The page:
Segregated and oppressed, the dalits are frequently the victims of violent crime. In one case, 23 dalit agricultural workers, including women and children, were murdered by the private army of high-caste landlords. What was their crime? It was listening to a local political party, whose views threatened the landlords’ hold on local dalits as cheap labour. The list of atrocities and violence is exponential.
Although laws against caste discrimination have been passed, discrimination continues and little is done to prosecute offenders. In recent years, however, there has been a growing desire for freedom among the dalits and low-caste Hindus. Demands have been made for justice and freedom from caste slavery and persecution, and a detailed charter of dalit human rights was drafted, with appeals to the international community and the UN, in the hope that this would put positive pressure on the Indian Government.
I have one further connected point to make. Since 1956, when the dalit leader, Dr B.R. Ambedkar, led hundreds of thousands of dalits to convert to Buddhism, dalits have often seen religious conversion as a means, either symbolic or actual, of escaping caste. Coercion in a number of ways—the loss of assistance through affirmative action for dalit converts to Islam, Christianity or Buddhism, for example—and anti-conversion laws both need to be challenged because of the way that they affect dalits.
These laws undoubtedly contribute to a climate of violence and aggression against India’s tiny Christian minority, which numbers some 24 million followers—just 2.3 per cent. St Thomas the Apostle brought Christianity to Kerala in India in 52AD, long before it arrived in the US, the UK or many European nations. Christianity in India is almost as old as Christianity itself. However, in Orissa, as my noble friend Lady Cox points out, we have seen the worst spate of communal violence ever faced by Indian Christians since independence in 1947. This has included vicious murders—the Catholic Church puts the number at over 60—and has included burning alive and mutilating bodies. At least 160 Christian churches have been destroyed. I hope that the Orissa state government and the Indian Government will institute a widespread inquiry into these issues and ensure that those responsible are prosecuted.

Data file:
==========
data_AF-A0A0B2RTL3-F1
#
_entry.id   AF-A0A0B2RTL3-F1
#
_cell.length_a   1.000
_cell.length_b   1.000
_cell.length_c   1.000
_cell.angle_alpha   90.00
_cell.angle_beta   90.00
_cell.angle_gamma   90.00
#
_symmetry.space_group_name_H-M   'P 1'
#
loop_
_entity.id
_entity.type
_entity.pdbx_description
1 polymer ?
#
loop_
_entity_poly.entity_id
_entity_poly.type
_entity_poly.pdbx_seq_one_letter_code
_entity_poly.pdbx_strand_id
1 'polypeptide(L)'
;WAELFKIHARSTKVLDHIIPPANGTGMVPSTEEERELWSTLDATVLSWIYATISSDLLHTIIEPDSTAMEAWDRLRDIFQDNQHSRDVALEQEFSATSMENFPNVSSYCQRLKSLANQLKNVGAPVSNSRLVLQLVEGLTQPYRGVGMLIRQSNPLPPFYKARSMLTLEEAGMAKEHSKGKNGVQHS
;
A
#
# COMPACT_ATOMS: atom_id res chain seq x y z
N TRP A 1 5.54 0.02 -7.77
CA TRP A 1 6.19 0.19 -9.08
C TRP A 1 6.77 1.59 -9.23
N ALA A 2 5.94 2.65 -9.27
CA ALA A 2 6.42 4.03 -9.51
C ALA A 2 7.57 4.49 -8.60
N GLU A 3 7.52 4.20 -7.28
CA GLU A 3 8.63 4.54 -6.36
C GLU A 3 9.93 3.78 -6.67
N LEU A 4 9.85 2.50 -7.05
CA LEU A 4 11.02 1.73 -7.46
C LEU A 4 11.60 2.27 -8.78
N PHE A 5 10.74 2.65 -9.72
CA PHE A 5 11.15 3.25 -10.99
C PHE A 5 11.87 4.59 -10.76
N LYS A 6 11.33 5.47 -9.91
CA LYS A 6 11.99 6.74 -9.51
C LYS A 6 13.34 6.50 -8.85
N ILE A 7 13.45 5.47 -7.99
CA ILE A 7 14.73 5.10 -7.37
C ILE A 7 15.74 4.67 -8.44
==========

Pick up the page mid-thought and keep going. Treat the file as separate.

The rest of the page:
I want to quote Vir Sanghvi, writing in the Hindustan Times on 11 October. He put it well when he said:
“Every single Hindu I know has been deeply disturbed and more than a little ashamed by the recent violence against Christians … It reminds us that beneath our gleaming high-tech, IIT-engineered facade, there lurk medieval forces, full of hatred and bloodlust … without a tradition of religious freedom and equality, we would be no better than Pakistan … But here’s the thing: ban conversions and you destroy the idea of India. At the root of our notion of who we are as a nation is that we are a secular, liberal democracy. This means not only that religion and politics will be kept separate but that we will afford complete freedom of belief in both areas … Unless I have the right to change my mind, my secular freedom is meaningless”.
In conclusion, India is the world’s largest democracy—home to one-sixth of the world’s population. It can be proud of its many fine achievements. Like all our democracies, it is a work in progress, and there are many bright spots. India produced one of the first female Heads of Government; a dalit wrote the constitution; a female dalit is currently one of the most powerful politicians in the country; a Muslim has been head of state four times; and a Jew and a Sikh are two of India’s greatest war heroes. So an astounding amount has been achieved.
However, India cannot be proud of the more general fate of the dalits, the caste system or the extremism which still play too great a role in fashioning modern India. In the light of these recent tragic events—from Mumbai to Orissa—Britain and India need to seize the moment and find rational political responses based on our shared values.
For the Uyghurs, Genocide is a word which dares not speak its name. For the sake of women like Rahima Mahmut, Gulzira Auelkhan, Sayragul Sauytbay, and Ruqiye Perhat – whose heart-breaking, shocking, stories are recorded here – it’s time that the crime of genocide was given definition in the UK. On January 19th Parliament can use its voice and speak that name – insisting on justice for victims of Genocide and refusing to make tawdry trade deals with those responsible for the crime above all crimes.
For the Uyghurs Genocide is a word which dares...